The next series between these two teams (Aug. 25-27 at AT&T) should be interesting, and not just due to the Wild Card standings. Hunter Pence was knocked out of action for the first month and a half of the season when Cubs minor leaguer Corey Black hit him with a pitch in Spring Training. Chris Heston hit Anthony Rizzo with a pitch on Thursday, pushing Heston’s MLB lead in HBP to 11. Matt Cain hit two Cubs yesterday.
Like Heston and Cain, Arrieta seemed to be suffering from faulty command rather than a vengeful heart, as evidenced by another pitch that went up and in against Pence when Arrieta was in the stretch. Plus, Aoki gets hit by pitches pretty frequently (36 times in four seasons, about once for every 60 plate appearances).
The Giants don’t follow the Tony La Russa handbook when it comes to retaliation, and it’s highly doubtful that Arrieta was trying to plunk guys with runners on base today. But after years in which the only interesting thing that happened between these two teams centered on the incompetence of the Cubs’ grounds crew, there should be some good tension when the Cubbies visit.
— There was a bomb threat after the game that caused police to evacuate the Wrigley Field press box.
— Balls didn’t seem to be carrying well to right-center in this series, and it sure looked like Pence crushed that fly ball that Dexter Fowler caught on the warning track with two outs in the eighth … with Matt Duffy and Buster Posey on base.
— This is one hell of a streaky team, and things looked bleak after that six-game trip to Miami and D.C., and the team looked comatose in their first game back against the Mets. So there’s no guarantee that they’ll win on Tuesday, but (bright side alert) at least this time the getaway game started in the early afternoon and — against all odds — there were no rain delays.
— The 2015 Giants have four losing streaks of at least five games, and no streaks that ended after exactly four consecutive losses. Maybe they’ll change that on Tuesday against the Astros.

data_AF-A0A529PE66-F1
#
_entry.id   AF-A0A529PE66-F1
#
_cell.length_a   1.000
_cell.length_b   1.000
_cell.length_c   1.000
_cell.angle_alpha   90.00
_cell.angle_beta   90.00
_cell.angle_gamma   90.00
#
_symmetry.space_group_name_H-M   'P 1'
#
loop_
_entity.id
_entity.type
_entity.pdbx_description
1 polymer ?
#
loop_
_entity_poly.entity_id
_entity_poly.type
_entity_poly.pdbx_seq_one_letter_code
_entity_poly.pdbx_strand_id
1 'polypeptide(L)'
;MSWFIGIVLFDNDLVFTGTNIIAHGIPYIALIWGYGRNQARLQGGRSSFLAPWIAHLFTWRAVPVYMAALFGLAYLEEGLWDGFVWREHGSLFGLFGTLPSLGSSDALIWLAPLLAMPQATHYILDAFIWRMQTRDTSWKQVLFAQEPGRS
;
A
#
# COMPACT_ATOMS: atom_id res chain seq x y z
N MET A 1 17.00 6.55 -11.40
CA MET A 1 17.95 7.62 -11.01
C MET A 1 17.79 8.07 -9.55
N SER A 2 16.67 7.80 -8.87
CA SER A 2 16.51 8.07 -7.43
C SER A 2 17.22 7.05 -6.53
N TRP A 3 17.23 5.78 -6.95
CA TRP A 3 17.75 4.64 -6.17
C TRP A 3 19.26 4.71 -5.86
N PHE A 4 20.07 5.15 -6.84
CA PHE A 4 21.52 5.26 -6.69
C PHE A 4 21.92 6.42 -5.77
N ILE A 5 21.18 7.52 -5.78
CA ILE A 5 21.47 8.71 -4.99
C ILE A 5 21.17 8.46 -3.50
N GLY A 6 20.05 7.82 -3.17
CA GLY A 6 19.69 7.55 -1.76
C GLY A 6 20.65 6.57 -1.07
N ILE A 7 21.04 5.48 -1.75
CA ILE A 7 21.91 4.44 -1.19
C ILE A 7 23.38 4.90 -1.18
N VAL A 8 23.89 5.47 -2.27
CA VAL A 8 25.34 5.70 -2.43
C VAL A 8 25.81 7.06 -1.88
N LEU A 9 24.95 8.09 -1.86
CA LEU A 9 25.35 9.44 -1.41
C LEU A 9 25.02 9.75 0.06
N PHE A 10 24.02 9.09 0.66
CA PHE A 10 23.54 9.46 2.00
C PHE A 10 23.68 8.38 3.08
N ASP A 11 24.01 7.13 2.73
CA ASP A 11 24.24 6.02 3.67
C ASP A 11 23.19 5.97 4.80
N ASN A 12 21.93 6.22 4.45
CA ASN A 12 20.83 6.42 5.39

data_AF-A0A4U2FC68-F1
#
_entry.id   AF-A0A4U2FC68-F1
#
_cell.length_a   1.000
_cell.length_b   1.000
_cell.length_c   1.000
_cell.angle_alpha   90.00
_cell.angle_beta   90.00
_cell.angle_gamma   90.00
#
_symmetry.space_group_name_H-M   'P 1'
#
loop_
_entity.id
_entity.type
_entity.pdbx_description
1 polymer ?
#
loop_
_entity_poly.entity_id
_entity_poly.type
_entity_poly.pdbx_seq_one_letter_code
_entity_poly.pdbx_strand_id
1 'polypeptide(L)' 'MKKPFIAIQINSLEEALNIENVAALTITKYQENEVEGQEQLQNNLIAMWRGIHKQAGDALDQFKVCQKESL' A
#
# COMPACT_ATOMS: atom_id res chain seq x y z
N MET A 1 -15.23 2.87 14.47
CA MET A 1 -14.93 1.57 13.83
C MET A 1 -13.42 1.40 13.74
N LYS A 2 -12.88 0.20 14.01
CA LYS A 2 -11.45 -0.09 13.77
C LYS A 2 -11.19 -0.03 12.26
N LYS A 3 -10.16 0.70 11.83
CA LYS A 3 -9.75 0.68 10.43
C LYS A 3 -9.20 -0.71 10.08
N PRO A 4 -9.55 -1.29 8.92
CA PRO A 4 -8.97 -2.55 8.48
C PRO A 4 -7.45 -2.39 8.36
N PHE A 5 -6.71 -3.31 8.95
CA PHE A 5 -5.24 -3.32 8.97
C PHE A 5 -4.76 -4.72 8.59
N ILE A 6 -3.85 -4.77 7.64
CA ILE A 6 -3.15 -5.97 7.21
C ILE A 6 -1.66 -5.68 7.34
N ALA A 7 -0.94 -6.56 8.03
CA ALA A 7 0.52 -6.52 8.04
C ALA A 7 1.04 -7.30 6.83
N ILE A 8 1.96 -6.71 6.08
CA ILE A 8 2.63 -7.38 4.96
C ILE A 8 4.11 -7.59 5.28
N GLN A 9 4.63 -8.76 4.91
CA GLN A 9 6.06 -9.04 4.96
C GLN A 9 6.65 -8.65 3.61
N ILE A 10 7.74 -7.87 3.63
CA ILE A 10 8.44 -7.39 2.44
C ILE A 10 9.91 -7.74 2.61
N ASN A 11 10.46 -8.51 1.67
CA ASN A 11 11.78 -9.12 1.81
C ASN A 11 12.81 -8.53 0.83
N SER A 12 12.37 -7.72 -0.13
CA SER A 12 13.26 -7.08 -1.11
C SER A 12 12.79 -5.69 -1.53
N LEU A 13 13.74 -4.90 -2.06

— They’d better win one of those two games against Houston, and I’m saying that for completely selfish reasons.
I’m looking forward to attending Wednesday’s event benefiting SF Homeless Prenatal at both San Francisco Amici’s East Coast Pizzeria restaurants, but even though Mr. Bochy will put on his happy face and mingle with fans, I’m guessing he’d be in a much better mood if his squad isn’t riding a six-game losing skid.
Seriously though, you should come whether they win or not. 100% of the proceeds from 3-10 pm at the King Street and Lombard Street Amici’s locations go to SF HPP, and after the Wednesday afternoon game Bochy will head to Amici’s on King and mingle with fans before making the drive over to Amici’s on Lombard. I’m told there may be “special guests,” and I know for a fact that they’ll be raffling off a ton of prizes.
- You can check out the raffle prizes (Giants and NL All-Star autographed balls and bats, giant bottles of wine, and much more) here.
- You can buy raffle tickets at both Amici’s locations on Wednesday, but you can also purchase as many as you like here.
I’ll be there, and so will our nine-month old baby. She just started eating pizza not that long ago, so she’ll be in heaven. I’m hoping to see a lot of you there, and hopefully the Giants will have started a brand new winning streak at home by that time (they have five winning streaks of at least five games, too).